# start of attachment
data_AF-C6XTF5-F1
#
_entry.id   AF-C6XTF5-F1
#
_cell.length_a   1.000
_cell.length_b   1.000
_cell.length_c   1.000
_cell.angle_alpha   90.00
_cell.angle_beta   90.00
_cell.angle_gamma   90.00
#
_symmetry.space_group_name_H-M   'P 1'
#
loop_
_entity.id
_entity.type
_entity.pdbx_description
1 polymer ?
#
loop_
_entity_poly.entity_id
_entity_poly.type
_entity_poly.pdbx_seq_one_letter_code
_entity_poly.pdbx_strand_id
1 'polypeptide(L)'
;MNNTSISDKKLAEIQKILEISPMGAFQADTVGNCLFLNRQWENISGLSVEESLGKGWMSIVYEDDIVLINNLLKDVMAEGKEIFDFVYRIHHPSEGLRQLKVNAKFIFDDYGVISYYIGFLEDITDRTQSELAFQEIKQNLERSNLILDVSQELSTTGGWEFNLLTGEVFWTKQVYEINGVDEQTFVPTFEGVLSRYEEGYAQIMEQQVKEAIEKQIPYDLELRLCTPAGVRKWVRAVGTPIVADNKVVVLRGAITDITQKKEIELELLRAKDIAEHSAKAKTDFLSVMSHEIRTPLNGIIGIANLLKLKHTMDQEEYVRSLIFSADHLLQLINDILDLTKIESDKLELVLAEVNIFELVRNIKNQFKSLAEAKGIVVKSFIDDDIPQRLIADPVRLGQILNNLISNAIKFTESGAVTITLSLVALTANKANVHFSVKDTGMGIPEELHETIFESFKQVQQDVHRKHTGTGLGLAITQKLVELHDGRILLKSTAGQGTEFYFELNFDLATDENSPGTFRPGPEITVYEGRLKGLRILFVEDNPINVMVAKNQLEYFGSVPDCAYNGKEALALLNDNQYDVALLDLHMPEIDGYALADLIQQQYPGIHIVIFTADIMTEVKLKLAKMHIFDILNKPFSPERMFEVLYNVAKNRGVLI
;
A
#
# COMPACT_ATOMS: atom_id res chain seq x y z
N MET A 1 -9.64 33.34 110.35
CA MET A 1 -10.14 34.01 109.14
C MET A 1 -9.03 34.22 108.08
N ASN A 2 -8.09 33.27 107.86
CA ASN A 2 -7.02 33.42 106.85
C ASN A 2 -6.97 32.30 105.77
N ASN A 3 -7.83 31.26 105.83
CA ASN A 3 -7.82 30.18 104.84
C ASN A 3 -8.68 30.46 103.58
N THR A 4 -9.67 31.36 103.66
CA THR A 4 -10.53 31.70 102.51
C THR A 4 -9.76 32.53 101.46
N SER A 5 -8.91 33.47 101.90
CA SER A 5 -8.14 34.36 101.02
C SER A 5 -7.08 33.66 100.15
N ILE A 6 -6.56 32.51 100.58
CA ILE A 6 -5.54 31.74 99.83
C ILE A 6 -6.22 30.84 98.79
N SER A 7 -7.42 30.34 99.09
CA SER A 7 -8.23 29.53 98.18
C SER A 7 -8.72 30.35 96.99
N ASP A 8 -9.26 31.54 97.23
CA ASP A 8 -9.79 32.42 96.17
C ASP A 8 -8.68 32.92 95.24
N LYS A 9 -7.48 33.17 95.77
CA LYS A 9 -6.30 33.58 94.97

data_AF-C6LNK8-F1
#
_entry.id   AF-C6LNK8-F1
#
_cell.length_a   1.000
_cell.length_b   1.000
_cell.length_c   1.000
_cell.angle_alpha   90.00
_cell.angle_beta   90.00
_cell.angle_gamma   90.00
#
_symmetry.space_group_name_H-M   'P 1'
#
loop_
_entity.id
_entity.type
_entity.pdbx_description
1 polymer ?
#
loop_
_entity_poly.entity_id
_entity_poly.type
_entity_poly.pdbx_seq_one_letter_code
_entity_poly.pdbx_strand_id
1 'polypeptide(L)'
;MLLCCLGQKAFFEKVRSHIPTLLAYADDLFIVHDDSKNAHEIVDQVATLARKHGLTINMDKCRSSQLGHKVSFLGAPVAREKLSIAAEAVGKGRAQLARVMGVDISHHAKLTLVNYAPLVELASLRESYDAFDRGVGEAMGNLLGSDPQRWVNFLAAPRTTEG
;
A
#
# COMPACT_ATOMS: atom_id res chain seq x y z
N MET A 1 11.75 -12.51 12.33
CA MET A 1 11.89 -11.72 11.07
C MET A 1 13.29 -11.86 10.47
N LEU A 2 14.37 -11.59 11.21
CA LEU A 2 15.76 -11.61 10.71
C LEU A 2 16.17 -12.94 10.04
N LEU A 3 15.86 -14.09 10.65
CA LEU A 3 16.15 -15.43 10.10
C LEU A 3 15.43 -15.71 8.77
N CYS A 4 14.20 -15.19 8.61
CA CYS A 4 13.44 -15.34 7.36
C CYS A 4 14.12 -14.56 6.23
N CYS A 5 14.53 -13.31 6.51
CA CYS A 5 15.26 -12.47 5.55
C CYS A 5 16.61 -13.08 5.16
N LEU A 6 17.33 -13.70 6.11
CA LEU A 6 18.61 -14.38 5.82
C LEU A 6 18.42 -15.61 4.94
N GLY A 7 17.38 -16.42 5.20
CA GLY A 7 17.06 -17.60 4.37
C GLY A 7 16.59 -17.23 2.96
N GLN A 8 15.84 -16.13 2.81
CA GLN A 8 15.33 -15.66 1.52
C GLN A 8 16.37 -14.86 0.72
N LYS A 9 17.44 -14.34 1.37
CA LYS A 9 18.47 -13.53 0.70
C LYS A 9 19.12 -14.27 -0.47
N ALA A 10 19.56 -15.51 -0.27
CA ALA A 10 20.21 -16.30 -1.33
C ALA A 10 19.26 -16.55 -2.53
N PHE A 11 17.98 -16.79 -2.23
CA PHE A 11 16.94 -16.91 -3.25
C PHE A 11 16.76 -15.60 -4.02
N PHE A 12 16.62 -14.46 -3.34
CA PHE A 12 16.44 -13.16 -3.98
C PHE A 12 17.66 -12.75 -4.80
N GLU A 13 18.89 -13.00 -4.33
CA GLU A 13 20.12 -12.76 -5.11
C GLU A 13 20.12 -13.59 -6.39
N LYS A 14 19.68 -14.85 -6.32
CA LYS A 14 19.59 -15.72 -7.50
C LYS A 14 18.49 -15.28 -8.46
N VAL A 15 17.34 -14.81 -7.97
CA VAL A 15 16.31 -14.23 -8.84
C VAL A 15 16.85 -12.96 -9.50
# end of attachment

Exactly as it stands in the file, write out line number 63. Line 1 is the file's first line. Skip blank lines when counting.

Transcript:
_cell.length_c   1.000